Wheelchair Rugby League isn’t for the faint hearted. It’s a game of strategy, contact and clashes louder than you will hear inside any sporting arena.
Wheelchair Rugby League is also the passion and purpose of Living My Way Member Joseph.
“Oh I love Wheelchair Rugby League. Everything about it. It’s pretty much my full-time job nowadays.”
While Joseph no longer plays the powerchair version of the sport, his goal in life is to develop the manual chair version of the sport into one of the leading disability sports in the country.
“It is volunteering, but everything I do is around that.”
Different to other Para-sports, Wheelchair Rugby League is said to be the most inclusive sport of all. Not solely a disability sport, everyone is welcome to compete, and better yet, women and men can play in the same team.
Joseph, who is also a two-time Australian Powerchair Hockey representative (2004 and 2010), says his motivation for putting all his energy into the sport is the potential impact it could have in the diversity and inclusion space.
“I guess, I’m sporty minded. It means so much to me, but I always wanted to do something through rugby league,” he said.
“Especially on the Eastern Seaboard in Australia, it’s got a very large following. So all these people (with disabilities) that thought they would never have that opportunity to play sport or to play rugby league, we’re giving that opportunity.
“There’s been some massive progress both here and internationally. Next year’s Rugby League World Cup in London is actually three events in one – men, women’s and wheelchair.”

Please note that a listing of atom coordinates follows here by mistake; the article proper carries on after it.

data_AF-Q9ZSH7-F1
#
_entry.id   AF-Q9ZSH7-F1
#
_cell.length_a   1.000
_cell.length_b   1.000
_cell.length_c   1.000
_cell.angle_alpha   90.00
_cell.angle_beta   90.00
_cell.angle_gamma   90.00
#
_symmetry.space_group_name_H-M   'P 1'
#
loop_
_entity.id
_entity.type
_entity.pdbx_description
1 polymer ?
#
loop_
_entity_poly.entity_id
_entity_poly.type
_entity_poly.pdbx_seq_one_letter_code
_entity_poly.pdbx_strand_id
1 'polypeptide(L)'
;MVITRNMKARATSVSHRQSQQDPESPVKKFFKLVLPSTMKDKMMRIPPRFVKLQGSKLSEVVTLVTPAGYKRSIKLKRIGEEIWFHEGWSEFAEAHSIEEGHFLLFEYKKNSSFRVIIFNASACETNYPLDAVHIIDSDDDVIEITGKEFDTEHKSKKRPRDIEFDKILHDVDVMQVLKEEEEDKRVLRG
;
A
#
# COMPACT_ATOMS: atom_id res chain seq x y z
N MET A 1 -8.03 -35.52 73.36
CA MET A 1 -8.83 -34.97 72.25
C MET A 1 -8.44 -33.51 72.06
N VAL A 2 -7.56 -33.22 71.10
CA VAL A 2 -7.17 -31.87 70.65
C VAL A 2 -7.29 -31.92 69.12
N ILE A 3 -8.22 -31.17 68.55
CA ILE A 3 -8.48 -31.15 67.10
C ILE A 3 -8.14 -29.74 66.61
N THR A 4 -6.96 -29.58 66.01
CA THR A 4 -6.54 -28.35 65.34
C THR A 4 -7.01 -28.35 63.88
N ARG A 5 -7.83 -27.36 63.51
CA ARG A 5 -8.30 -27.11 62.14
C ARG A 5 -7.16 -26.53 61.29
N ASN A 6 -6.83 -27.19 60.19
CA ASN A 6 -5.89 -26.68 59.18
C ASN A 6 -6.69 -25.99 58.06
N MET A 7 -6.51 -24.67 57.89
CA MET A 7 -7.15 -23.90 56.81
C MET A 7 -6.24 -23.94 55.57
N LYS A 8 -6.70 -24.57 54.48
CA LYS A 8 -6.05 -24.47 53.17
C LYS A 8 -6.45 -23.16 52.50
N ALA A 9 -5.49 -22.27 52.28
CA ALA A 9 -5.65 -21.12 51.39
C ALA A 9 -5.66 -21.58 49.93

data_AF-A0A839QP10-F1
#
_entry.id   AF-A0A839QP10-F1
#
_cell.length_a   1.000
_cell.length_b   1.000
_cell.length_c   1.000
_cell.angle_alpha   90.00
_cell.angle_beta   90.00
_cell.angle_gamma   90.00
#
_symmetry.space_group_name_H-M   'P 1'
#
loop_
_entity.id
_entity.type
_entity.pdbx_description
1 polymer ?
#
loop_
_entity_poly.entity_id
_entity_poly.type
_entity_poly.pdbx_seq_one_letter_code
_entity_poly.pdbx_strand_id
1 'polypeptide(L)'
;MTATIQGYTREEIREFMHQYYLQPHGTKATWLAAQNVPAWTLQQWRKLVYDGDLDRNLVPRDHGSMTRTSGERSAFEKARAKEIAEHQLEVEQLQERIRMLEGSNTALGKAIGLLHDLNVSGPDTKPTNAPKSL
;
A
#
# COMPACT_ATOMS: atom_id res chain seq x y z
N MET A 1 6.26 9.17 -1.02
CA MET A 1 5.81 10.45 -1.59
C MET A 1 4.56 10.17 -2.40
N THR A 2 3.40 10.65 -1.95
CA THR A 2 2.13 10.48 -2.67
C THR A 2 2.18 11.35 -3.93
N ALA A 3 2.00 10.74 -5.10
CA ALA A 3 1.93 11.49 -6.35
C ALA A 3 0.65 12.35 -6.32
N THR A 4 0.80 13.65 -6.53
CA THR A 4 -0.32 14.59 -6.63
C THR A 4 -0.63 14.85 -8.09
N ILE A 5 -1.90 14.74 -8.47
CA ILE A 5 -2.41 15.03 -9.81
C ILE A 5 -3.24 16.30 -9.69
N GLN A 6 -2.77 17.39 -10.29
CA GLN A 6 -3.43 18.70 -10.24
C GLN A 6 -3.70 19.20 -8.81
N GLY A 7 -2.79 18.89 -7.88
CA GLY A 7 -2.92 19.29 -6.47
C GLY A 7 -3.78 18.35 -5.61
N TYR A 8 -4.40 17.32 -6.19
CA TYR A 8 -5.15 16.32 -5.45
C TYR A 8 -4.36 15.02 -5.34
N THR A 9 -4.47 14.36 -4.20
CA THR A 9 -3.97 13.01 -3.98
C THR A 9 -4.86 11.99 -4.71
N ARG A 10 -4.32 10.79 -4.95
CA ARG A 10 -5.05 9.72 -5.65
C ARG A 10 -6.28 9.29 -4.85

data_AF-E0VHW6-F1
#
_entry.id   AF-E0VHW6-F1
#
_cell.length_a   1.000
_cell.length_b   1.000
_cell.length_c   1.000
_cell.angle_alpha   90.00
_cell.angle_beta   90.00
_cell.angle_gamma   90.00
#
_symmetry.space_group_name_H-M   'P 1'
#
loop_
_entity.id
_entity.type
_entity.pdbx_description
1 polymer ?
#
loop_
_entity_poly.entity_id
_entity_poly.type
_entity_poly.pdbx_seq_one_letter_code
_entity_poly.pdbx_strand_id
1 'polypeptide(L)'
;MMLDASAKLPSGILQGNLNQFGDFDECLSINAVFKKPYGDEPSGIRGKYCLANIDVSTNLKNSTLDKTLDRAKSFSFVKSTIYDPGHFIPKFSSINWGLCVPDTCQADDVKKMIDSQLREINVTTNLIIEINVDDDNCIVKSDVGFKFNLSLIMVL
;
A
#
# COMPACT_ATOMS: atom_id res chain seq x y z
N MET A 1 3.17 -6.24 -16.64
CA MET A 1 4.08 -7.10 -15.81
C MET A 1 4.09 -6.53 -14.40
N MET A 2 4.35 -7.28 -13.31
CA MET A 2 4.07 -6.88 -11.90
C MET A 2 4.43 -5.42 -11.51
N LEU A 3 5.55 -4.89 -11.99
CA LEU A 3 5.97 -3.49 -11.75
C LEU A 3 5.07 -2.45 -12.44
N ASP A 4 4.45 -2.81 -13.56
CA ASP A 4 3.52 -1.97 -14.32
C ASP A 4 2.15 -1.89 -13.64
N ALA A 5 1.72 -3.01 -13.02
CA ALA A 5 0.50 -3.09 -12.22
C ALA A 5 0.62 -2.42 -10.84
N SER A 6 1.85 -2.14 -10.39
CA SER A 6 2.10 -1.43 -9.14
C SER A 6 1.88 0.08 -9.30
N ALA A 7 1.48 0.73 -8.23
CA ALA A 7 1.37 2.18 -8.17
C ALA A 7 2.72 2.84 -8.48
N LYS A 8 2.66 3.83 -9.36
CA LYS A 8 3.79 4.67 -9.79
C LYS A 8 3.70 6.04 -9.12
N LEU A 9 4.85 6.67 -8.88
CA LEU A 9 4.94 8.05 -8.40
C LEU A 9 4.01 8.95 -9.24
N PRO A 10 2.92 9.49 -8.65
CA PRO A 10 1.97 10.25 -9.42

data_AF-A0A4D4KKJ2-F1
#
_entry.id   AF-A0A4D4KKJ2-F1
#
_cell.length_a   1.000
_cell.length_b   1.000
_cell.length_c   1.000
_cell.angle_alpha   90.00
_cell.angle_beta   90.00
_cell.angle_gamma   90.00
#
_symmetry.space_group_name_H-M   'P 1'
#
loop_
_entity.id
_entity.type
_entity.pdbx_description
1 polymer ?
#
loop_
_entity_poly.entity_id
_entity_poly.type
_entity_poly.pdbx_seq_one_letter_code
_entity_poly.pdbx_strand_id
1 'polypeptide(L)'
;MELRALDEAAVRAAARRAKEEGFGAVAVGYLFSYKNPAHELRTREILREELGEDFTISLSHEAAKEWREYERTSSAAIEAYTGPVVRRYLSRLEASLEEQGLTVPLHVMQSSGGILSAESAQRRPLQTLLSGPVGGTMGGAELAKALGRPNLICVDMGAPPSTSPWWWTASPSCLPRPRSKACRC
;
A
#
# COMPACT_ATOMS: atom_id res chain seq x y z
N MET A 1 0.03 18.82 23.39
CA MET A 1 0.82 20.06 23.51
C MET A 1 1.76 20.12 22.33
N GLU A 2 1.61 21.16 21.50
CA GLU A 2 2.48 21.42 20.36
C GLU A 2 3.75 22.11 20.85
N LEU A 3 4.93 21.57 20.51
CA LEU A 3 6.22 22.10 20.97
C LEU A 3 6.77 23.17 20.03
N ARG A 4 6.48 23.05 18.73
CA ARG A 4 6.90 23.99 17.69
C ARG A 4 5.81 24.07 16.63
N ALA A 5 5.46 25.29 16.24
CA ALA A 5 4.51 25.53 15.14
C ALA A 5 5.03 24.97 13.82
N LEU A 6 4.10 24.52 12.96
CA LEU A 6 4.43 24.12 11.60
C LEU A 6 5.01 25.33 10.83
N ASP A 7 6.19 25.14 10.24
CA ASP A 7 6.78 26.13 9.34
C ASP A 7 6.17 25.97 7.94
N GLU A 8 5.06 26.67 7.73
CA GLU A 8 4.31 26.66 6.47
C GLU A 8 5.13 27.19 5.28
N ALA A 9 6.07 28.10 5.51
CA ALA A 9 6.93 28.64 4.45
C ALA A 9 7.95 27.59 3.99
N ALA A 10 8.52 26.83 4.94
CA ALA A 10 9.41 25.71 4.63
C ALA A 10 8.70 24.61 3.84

Joseph’s efforts in developing the sport have been fueled by the work of Living My Way, which he says is instrumental in him staying involved in the sport he loves.
“I’ve been with Living My Way for two years now,” he said.
“All the support I get through Living My Way is aimed at keeping me involved in Wheelchair Rugby League because that’s where I need to be at the moment. I think what I love most about it is the people.
“I guess you can always find a service, but it’s really about the people at Living My Way. They make things easier than they normally are, and takes the pressure off us.”
Born with Spinal Muscular Atrophy, Joseph works with both the Support Coordination and the Occupational Therapy teams at Living My Way.
“Everyone there has the knowledge and understanding of what each of us is going through, and that we’re all here just trying to achieve something that can be a little difficult – whether it’s getting a new wheelchair or a modification,” Joseph said.
“To find someone who’s got a great attitude and willing to help isn’t easy to find, but luckily enough, Living My Way has got those people, which makes it a lot easier."
“Having Living My Way is like having someone that’s willing to run the extra mile just to get the right answer. The human side of it is special and that’s what makes Living My Way better than most.”